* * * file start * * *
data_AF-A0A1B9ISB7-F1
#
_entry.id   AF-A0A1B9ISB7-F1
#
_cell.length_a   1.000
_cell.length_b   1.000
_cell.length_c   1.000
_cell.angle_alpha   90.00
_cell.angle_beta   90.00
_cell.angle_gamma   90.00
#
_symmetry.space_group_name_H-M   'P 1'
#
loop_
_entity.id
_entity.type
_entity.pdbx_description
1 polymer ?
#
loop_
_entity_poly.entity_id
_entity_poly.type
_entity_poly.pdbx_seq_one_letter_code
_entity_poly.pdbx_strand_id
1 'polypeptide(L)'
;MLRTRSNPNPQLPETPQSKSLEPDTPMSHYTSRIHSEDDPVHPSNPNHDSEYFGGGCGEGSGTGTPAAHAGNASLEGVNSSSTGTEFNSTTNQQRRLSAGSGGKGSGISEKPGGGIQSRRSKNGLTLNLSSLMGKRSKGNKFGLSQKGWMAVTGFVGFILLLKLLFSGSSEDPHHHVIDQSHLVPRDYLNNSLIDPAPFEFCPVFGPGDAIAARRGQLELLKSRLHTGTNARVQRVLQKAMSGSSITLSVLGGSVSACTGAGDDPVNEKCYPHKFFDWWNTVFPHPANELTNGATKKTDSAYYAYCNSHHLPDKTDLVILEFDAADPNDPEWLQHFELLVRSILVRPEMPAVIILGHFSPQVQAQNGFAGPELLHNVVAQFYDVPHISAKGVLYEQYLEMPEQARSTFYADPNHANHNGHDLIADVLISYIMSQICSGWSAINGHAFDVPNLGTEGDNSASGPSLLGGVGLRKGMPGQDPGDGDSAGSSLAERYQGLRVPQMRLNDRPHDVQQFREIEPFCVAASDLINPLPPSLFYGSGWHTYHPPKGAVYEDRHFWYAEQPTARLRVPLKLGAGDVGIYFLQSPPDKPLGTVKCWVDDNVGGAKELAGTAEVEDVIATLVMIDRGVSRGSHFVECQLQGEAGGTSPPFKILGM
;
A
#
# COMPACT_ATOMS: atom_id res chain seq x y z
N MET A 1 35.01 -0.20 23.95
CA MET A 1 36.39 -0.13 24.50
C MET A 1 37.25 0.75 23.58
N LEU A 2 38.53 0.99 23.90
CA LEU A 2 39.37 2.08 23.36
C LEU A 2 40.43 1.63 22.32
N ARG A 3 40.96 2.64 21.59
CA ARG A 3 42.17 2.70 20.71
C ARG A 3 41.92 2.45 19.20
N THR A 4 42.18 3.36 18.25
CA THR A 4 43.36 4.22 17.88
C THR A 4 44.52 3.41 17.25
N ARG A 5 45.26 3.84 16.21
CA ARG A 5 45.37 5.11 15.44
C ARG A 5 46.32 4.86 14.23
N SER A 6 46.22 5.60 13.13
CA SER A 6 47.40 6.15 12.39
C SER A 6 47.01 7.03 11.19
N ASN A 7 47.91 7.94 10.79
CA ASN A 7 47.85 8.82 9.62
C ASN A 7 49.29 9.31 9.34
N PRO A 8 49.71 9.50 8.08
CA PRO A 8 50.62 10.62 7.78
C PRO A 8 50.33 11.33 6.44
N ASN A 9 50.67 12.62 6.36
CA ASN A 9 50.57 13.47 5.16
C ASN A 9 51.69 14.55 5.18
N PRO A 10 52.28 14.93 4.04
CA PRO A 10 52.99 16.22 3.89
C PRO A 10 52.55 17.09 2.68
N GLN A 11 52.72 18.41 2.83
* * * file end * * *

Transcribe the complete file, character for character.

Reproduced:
data_AF-A0A1B9ISB7-F1
#
_entry.id   AF-A0A1B9ISB7-F1
#
_cell.length_a   1.000
_cell.length_b   1.000
_cell.length_c   1.000
_cell.angle_alpha   90.00
_cell.angle_beta   90.00
_cell.angle_gamma   90.00
#
_symmetry.space_group_name_H-M   'P 1'
#
loop_
_entity.id
_entity.type
_entity.pdbx_description
1 polymer ?
#
loop_
_entity_poly.entity_id
_entity_poly.type
_entity_poly.pdbx_seq_one_letter_code
_entity_poly.pdbx_strand_id
1 'polypeptide(L)'
;MLRTRSNPNPQLPETPQSKSLEPDTPMSHYTSRIHSEDDPVHPSNPNHDSEYFGGGCGEGSGTGTPAAHAGNASLEGVNSSSTGTEFNSTTNQQRRLSAGSGGKGSGISEKPGGGIQSRRSKNGLTLNLSSLMGKRSKGNKFGLSQKGWMAVTGFVGFILLLKLLFSGSSEDPHHHVIDQSHLVPRDYLNNSLIDPAPFEFCPVFGPGDAIAARRGQLELLKSRLHTGTNARVQRVLQKAMSGSSITLSVLGGSVSACTGAGDDPVNEKCYPHKFFDWWNTVFPHPANELTNGATKKTDSAYYAYCNSHHLPDKTDLVILEFDAADPNDPEWLQHFELLVRSILVRPEMPAVIILGHFSPQVQAQNGFAGPELLHNVVAQFYDVPHISAKGVLYEQYLEMPEQARSTFYADPNHANHNGHDLIADVLISYIMSQICSGWSAINGHAFDVPNLGTEGDNSASGPSLLGGVGLRKGMPGQDPGDGDSAGSSLAERYQGLRVPQMRLNDRPHDVQQFREIEPFCVAASDLINPLPPSLFYGSGWHTYHPPKGAVYEDRHFWYAEQPTARLRVPLKLGAGDVGIYFLQSPPDKPLGTVKCWVDDNVGGAKELAGTAEVEDVIATLVMIDRGVSRGSHFVECQLQGEAGGTSPPFKILGM
;
A
#
# COMPACT_ATOMS: atom_id res chain seq x y z
N MET A 1 35.01 -0.20 23.95
CA MET A 1 36.39 -0.13 24.50
C MET A 1 37.25 0.75 23.58
N LEU A 2 38.53 0.99 23.90
CA LEU A 2 39.37 2.08 23.36
C LEU A 2 40.43 1.63 22.32
N ARG A 3 40.96 2.64 21.59
CA ARG A 3 42.17 2.70 20.71
C ARG A 3 41.92 2.45 19.20
N THR A 4 42.18 3.36 18.25
CA THR A 4 43.36 4.22 17.88
C THR A 4 44.52 3.41 17.25
N ARG A 5 45.26 3.84 16.21
CA ARG A 5 45.37 5.11 15.44
C ARG A 5 46.32 4.86 14.23
N SER A 6 46.22 5.60 13.13
CA SER A 6 47.40 6.15 12.39
C SER A 6 47.01 7.03 11.19
N ASN A 7 47.91 7.94 10.79
CA ASN A 7 47.85 8.82 9.62
C ASN A 7 49.29 9.31 9.34
N PRO A 8 49.71 9.50 8.08
CA PRO A 8 50.62 10.62 7.78
C PRO A 8 50.33 11.33 6.44
N ASN A 9 50.67 12.62 6.36
CA ASN A 9 50.57 13.47 5.16
C ASN A 9 51.69 14.55 5.18
N PRO A 10 52.28 14.93 4.04
CA PRO A 10 52.99 16.22 3.89
C PRO A 10 52.55 17.09 2.68
N GLN A 11 52.72 18.41 2.83